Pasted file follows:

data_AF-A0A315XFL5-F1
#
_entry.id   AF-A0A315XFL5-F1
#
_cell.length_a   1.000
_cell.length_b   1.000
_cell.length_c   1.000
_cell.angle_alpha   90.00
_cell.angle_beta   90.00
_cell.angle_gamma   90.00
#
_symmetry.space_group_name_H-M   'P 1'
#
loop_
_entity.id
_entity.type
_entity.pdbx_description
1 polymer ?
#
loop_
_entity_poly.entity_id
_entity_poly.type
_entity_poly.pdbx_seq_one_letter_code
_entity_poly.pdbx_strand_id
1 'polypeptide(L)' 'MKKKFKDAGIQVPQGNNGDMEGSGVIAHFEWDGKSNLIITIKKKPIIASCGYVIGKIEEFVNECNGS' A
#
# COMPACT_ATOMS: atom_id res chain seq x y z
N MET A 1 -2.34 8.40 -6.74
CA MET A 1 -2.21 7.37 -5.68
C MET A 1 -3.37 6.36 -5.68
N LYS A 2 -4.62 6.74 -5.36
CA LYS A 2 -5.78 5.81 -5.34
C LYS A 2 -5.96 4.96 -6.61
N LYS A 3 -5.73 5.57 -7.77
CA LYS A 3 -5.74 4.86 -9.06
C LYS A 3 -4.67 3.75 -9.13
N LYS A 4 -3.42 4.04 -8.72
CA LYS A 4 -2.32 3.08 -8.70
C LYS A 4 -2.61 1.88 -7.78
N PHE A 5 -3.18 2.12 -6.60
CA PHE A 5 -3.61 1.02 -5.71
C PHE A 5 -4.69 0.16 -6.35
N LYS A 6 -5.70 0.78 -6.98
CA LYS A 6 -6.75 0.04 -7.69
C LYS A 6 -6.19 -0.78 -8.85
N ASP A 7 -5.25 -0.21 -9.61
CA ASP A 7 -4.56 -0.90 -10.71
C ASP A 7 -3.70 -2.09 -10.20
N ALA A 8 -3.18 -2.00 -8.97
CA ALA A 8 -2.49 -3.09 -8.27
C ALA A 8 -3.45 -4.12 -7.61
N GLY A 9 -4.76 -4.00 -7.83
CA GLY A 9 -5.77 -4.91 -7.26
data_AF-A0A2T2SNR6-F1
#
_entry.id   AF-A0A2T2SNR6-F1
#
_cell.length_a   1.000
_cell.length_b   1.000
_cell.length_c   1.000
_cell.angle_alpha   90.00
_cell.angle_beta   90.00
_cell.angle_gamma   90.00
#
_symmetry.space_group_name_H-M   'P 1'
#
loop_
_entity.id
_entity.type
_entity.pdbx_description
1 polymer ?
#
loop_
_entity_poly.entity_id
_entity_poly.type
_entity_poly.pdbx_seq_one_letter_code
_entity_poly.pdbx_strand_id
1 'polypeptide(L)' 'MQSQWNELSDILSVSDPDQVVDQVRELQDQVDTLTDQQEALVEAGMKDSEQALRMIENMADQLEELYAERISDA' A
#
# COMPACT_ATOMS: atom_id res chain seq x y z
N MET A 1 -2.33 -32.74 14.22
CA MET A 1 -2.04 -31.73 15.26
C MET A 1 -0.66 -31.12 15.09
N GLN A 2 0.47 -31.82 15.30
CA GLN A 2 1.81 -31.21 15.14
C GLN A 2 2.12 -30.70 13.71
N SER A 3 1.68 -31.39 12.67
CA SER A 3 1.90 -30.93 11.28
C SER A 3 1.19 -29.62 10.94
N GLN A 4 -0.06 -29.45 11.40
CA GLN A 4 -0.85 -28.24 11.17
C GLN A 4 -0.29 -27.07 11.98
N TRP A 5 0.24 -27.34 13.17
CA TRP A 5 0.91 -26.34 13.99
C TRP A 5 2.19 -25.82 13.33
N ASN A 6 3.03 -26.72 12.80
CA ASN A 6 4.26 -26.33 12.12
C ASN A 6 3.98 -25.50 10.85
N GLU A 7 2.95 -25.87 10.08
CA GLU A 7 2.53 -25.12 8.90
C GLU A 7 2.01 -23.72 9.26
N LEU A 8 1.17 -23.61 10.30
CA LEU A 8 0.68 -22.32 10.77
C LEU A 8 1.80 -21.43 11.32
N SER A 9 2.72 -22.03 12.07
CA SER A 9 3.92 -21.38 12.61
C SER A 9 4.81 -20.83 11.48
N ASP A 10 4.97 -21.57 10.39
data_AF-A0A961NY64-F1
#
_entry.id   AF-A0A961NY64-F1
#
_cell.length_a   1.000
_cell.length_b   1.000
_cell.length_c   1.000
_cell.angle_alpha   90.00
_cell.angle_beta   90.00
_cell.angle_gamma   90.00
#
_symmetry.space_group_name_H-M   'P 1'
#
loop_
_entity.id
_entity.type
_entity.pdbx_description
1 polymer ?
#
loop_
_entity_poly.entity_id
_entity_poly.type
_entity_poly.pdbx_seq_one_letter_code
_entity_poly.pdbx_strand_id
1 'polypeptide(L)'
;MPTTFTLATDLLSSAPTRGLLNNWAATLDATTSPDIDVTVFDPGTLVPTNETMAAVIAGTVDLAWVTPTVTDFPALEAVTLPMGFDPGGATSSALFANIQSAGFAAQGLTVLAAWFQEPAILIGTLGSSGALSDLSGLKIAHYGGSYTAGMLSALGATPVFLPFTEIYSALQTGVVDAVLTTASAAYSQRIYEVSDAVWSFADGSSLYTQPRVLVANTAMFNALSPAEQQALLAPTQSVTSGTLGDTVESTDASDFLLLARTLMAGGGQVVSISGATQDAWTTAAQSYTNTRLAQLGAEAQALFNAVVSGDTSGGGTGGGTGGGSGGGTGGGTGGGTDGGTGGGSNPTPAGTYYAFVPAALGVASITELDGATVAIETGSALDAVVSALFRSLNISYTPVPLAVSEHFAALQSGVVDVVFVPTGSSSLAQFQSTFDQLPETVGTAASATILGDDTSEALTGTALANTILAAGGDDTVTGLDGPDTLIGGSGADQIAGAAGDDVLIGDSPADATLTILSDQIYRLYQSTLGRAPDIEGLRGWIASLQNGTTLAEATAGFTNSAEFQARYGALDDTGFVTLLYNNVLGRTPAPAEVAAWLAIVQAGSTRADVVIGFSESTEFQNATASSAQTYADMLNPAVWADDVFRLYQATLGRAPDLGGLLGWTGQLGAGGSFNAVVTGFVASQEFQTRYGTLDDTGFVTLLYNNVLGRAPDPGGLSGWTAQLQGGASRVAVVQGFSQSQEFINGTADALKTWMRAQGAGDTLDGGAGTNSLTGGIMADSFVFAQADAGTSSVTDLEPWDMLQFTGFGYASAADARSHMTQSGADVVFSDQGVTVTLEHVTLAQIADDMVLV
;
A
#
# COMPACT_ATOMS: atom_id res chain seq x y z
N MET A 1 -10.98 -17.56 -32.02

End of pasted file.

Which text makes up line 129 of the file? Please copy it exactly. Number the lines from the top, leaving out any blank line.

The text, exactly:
_entity_poly.entity_id